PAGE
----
The last two constructions are better because they are more natural and that is so on the count that it is more logical to wonder about the unusual maturity than the age, which after all is known ; to doubt the age of someone is proper when there is an incertitude or when the age appears to be incredible. In the present case and such other cases, doing that is awkward; at least, it seems so to me. The surprising bit, as you say, should be the focus of your enonciation (at least in the present sentence).
By the way, « mature » has been an English word until recently; it is not yet in the TLFi, not in the Ac., not in the Littré but it is found in the on line Larousse; a periphrase can be used to replace it, though.
- Comment peux-tu avoir tant de maturité alors que tu es trois ans plus jeune que moi ?
There is another problem; maturity is not considered as a quality that depends on age according to a proportionality factor that should be the same for everyone; moreover in the French culture, maturity is not something that is developed in a human being all his/her life so as to be for ever growing until death; wisdom may be considered such a caracteristic or certain skills; in the French culture it is considered that full maturity is reached once and for all at a point between youth and old age and that it remains constant for the rest of adulthood, a period from which is excluded very old age. On top of that, a mere 3 year difference is not a factor worth considering; here is the definition of the « age of maturity » or, elliptically of « maturité » ;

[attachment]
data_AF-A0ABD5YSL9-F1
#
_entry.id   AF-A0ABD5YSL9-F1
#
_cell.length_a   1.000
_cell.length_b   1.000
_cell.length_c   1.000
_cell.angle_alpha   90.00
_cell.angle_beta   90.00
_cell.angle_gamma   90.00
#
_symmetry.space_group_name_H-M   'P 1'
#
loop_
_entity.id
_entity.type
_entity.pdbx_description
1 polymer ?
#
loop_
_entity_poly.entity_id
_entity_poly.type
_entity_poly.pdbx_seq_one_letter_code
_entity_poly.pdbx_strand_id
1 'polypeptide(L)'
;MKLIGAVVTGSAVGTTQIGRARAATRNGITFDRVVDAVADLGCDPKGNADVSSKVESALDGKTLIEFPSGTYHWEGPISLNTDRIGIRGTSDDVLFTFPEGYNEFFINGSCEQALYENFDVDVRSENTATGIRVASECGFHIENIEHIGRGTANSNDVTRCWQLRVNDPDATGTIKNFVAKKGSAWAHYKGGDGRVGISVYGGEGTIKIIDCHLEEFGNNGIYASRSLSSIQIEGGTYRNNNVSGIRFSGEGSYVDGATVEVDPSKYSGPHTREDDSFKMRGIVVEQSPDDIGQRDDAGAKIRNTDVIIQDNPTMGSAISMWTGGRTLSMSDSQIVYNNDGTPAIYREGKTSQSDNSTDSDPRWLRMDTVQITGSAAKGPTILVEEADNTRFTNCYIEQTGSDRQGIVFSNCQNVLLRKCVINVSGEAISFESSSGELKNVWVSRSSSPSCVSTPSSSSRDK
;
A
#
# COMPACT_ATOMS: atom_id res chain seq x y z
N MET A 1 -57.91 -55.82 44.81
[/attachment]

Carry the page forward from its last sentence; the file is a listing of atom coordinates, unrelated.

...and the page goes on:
(TLFi) Âge de maturité; p. ell., la maturité. Période de la vie comprise entre la jeunesse et la vieillesse pendant laquelle les facultés humaines ont atteint leur ultime développement.
I believe that the idea is not expressed in the proper terms. Maybe it is preferable to consider a quality such as wisdom and not to make it so dependent on age.